Genomic imprinting is closely associated with human genetic disorders due to its functional hemizygosity. The Peg3 domain on human chromosome 19q13.4/proximal mouse chromosome 7 is also associated with several imprinting-related genetic disorders, including frequent loss of human PEG3 expression in the patients of glioma, breast and ovarian cancers. Thus, the long-term objective of this project is to understand the mechanisms controlling the imprinting of the Peg3 domain. In the previous funding cycle, we predicted that the Peg3 domain is likely controlled by one potential ICR (Imprinting Control Region), the Peg3-DMR (Differentially Methylated Region). We subsequently demonstrated that deletion of the Peg3-DMR has a global impact on the transcription of the Peg3 domain. Paternal and maternal transmission of this targeted deletion also resulted in decreased and increased growth rates of the mouse, respectively, an imprinting phenotype associated with proximal mouse chromosome 7. We also discovered that this potential ICR has a very unusual tandem array of YY1 binding sites, and that reducing the in vivo levels of YY1 protein during oogenesis resulted in target-specific DNA hypomethylation on the Peg3-DMR. Based on these observations, we hypothesize 1) that the imprinting of the Peg3 domain is controlled by the Peg3-DMR and 2) that this control requires YY1 as a main trans factor for targeting de novo DNA methylation during oogenesis. In the current proposal, we will test these hypotheses with the following three aims.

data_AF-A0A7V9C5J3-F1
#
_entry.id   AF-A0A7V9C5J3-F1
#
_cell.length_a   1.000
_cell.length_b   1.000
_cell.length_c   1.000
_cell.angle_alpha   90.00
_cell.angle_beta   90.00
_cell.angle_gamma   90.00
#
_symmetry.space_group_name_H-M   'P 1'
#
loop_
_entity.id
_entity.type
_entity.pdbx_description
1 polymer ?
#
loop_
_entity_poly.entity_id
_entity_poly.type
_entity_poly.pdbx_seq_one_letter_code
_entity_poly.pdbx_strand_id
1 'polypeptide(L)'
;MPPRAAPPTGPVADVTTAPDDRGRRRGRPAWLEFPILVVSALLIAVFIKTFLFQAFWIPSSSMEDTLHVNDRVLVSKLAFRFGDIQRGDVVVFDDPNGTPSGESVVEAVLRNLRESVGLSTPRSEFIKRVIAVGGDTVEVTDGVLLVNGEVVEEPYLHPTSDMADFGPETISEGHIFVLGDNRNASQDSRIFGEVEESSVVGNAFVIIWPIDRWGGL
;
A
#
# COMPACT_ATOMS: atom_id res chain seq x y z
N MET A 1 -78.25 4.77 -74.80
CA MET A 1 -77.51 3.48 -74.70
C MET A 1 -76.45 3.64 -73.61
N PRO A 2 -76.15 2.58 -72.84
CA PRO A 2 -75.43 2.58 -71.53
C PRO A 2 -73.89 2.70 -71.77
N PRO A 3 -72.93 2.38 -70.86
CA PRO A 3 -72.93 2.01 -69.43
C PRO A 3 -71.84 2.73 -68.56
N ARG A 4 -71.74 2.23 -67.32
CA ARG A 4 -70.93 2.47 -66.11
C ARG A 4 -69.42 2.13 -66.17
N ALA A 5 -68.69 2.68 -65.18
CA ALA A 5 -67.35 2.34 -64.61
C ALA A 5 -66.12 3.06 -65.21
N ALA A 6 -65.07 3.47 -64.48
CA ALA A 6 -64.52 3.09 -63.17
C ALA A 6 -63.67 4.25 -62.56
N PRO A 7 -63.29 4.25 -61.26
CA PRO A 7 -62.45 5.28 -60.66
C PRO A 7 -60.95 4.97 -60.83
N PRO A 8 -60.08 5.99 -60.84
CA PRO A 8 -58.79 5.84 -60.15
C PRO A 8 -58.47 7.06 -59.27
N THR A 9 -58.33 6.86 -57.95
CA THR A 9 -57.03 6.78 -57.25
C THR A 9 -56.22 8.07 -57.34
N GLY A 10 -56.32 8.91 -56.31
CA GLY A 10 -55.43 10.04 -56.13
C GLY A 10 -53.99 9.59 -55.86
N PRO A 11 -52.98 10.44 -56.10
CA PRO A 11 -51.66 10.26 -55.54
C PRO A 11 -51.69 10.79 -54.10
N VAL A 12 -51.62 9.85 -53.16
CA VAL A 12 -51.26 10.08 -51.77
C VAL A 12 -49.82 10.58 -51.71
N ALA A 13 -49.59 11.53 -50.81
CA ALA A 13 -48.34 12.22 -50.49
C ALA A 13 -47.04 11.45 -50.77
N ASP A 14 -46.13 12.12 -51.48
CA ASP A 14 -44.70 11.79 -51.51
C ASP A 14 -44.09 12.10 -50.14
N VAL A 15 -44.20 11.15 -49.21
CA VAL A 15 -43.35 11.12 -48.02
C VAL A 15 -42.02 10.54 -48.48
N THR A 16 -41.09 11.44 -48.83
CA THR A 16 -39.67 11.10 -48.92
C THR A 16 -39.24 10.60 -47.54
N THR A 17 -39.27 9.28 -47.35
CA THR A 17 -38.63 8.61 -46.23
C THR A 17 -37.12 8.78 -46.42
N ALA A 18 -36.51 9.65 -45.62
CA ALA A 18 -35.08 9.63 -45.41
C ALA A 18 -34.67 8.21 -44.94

Aim1 will further characterize the ICR roles played by the Peg3-DMR using the mutant mice lacking the Peg3-DMR.
Aim2 will dissect the exact contributions of YY1 to the observed ICR roles of the Peg3-DMR by generating another KO allele with mutated YY1 sites.
Aim3 will investigate potential mechanisms by which YY1 establishes and maintains the allele-specific DNA methylation of the Peg3-DMR. The results from these experiments will provide valuable insights regarding previously unnoticed roles for YY1 in genomic imprinting as well as human genetic disorders linked to the Peg3 domain.
A small number of mammalian genes (less than 200) are not functionally equal between the two parental alleles due to an unusual dosage control mechanism, genomic imprinting. The current proposal is aiming to characterize regulatory mechanisms of genomic imprinting.
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